Michael Rziha

Worldwide there are countless industrial installations using steam as a “byproduct” to drive a steam turbine. The steam is generated by many different sources, such as quench boilers and trans-line-exchangers, which are often found in refineries and petrochemical plants. Waste heat boilers in refineries and petrochemical plants can be water tube boilers and shell boilers. Fired flame tube boilers with low or medium pressure (5–50bar) are also used in many installations.

Industrial steam generators often have special requirements regarding load gradients (extremely fast load requirements and/or load reduction). Process steam extraction and process steam condensate return are very common in these plants, and carry the additional risk of the ingress of various contaminants from the different processes, finally leading to a heavy impairment of the steam purity.

Guidelines which are applicable for the feed- and boiler water for the different boiler types and operating pressures are misleadingly taken as “lead documents” although they do not provide the special individual consideration needed for steam purity. It must be emphasized that all such guidelines and standards are only valid for safe boiler operation, and do not address the needs of steam turbines.

In consequence, low-pressure boilers are often operated with softened water. From the perspective of boiler suppliers and boiler operators this might certainly be correct, as the generated steam is used for heating only, where the requirements on steam purity may be more relaxed.

However, and without exception, as soon as the steam is to be used to drive any kind of steam turbine, the relevant standards and guidelines for steam need to be followed. As a matter of principle this will always have an impact on the make-up water, feedwater, and boiler water purity. For example, boilers with a low operating pressure are allowed to be operated with softened or partially demineralized water. This is true and correct for the boiler/steam generator, but it is definitely wrong for any steam turbine tied into this process.

Steam turbine users should be aware of the risks associated with contaminants of the steam, which may initiate, promote, or enhance stress corrosion cracking, corrosion fatigue, general corrosion, erosion, and deposit buildup. Contaminants that are contained in steam generally lead to deposits and corrosion in steam turbines and thus potentially negatively affect their functioning and operational safety, as well as their lifetime. It must also be emphasized that corrosion and/or deposit build-up and consequently damage and/or impairment of performance or availability depend not on the size of the turbine, but only on the impurity level and composition of the steam.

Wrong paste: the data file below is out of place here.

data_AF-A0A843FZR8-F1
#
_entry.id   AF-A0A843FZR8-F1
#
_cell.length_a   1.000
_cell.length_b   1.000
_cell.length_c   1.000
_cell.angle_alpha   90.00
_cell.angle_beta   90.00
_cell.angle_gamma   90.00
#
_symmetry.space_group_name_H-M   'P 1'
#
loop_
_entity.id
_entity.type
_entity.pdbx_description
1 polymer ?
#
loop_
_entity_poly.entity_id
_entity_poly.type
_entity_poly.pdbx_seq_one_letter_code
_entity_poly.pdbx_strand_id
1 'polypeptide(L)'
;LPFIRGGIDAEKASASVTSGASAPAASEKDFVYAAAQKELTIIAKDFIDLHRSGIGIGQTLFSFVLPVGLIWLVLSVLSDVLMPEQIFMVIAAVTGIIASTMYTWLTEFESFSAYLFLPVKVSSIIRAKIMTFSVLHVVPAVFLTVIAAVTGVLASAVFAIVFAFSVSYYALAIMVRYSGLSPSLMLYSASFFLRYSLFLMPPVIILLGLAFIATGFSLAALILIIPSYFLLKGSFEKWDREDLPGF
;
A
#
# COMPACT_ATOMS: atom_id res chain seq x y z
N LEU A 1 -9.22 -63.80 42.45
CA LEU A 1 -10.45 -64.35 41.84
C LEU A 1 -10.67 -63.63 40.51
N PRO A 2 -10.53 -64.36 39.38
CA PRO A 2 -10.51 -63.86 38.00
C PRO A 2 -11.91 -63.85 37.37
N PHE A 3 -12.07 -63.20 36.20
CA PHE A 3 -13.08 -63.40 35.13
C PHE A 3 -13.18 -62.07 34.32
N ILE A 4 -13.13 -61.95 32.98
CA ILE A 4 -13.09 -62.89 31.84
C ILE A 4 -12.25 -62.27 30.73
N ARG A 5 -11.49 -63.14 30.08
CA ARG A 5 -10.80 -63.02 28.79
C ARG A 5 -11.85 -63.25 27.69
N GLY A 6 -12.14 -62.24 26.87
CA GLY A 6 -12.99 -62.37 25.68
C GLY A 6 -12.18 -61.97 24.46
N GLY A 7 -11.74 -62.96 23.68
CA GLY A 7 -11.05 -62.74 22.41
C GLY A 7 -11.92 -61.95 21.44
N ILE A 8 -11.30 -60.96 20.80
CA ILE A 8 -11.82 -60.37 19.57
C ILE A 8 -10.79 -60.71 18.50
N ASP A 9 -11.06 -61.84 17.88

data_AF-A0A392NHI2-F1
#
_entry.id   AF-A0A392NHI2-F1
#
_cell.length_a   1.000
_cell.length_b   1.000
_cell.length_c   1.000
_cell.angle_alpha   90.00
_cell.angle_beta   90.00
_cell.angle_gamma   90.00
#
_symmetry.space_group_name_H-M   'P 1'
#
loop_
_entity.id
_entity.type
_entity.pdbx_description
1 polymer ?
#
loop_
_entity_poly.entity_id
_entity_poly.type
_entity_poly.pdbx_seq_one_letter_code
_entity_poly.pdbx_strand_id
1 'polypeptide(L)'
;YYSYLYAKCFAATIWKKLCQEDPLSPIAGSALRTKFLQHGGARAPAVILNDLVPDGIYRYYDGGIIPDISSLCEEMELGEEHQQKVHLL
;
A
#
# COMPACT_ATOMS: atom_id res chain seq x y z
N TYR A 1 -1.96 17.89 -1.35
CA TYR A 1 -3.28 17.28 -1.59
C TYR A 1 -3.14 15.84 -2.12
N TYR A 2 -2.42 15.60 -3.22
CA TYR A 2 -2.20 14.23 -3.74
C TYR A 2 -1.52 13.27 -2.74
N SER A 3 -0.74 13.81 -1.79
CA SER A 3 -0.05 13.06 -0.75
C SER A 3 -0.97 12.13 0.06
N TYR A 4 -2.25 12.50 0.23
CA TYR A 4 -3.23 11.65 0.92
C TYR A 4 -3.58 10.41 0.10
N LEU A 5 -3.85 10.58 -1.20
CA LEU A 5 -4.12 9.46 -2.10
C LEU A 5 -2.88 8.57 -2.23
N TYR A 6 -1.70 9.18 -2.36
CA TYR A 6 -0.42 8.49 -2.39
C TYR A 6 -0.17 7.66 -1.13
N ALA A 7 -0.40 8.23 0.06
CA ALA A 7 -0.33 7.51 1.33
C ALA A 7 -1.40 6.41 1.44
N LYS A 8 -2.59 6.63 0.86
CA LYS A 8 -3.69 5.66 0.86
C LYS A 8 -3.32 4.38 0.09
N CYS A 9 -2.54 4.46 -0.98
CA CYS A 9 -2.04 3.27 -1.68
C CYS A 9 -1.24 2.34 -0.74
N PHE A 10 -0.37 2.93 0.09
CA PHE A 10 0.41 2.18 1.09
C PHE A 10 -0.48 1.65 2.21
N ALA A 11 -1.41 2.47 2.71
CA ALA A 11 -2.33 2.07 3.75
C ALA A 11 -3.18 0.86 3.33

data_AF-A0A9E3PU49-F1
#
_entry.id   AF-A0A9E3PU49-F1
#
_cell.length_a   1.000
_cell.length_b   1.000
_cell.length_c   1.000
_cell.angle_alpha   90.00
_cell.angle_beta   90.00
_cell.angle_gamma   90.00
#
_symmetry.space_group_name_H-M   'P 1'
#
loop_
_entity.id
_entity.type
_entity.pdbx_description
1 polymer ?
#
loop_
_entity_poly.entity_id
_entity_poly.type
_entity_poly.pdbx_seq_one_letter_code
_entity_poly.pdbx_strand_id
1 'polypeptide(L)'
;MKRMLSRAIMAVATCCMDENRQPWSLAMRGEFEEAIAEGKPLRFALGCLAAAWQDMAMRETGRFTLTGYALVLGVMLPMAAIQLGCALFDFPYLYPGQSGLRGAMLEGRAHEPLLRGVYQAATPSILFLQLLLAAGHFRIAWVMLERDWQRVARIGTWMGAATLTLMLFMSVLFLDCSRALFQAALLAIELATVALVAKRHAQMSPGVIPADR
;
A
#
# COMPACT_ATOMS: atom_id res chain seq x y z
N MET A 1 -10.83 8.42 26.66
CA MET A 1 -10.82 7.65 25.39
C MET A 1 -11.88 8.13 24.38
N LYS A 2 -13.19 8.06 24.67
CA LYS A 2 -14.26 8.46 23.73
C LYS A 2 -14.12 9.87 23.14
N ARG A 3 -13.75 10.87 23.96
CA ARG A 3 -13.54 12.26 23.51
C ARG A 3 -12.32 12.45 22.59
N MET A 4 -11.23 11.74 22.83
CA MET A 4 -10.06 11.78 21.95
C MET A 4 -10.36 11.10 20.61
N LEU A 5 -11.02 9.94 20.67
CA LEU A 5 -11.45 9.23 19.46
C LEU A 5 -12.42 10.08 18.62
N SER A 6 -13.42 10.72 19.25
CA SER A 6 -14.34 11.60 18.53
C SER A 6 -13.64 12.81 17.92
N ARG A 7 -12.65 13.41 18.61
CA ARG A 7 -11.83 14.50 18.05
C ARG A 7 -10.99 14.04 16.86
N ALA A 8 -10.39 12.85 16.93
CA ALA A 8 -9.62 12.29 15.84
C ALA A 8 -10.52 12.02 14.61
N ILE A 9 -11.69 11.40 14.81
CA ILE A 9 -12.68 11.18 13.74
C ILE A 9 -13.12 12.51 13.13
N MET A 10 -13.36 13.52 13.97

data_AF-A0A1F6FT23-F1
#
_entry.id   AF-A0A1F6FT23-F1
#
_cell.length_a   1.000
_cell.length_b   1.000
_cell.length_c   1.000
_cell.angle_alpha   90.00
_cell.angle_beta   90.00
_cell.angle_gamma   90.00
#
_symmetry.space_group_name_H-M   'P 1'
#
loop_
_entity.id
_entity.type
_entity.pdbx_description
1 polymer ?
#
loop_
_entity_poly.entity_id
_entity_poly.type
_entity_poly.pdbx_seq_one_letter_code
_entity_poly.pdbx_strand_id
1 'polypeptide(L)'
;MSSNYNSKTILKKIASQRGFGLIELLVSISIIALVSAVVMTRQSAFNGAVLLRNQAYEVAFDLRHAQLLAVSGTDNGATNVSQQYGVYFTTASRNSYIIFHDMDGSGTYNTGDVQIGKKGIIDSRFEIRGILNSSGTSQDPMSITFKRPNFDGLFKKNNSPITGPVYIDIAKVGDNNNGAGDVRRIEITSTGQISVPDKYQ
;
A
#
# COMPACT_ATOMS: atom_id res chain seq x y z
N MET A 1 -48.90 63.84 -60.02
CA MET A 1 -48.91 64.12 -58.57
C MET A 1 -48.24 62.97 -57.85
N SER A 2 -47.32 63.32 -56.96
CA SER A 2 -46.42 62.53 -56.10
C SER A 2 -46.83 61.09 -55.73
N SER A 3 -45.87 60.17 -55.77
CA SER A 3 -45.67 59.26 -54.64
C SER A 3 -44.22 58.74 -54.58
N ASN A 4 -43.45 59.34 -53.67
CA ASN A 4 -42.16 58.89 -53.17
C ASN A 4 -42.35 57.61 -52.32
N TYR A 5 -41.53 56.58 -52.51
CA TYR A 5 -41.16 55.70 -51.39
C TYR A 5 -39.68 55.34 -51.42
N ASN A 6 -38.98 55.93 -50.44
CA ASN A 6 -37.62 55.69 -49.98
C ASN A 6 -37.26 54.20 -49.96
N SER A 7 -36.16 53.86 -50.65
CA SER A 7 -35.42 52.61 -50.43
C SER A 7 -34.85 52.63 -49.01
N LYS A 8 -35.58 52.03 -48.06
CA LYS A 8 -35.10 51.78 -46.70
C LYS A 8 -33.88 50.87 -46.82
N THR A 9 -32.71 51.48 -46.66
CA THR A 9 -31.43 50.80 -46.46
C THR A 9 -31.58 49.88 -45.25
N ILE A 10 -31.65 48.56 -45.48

Especially when softened water is used, the concentration of sodium in the water is significantly increased by the softening process! The thermal decomposition of sodium carbonates and sodium bicarbonates (products due to softening) always leads to the formation of caustic soda (NaOH), which strongly increases the risk of alkaline stress corrosion cracking of the turbine material! Consequently, when softened water is used as make-up water, a steam turbine operation is clearly excluded!

PPCHEM® 2022, 24(5,6), 224–229

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Report on the Power Cycle Instrumentation Seminar (PCIS) Austria 2022 in Linz, Austria

Tapio Werder

For the first time in the history of these events, the Power Cycle Instrumentation Seminar (PCIS) series stopped over in a German-speaking country. The PCIS Austria 2022 in Linz was held under the patronage of PPCHEM AG, and SWAN Analytical Instruments provided financial support.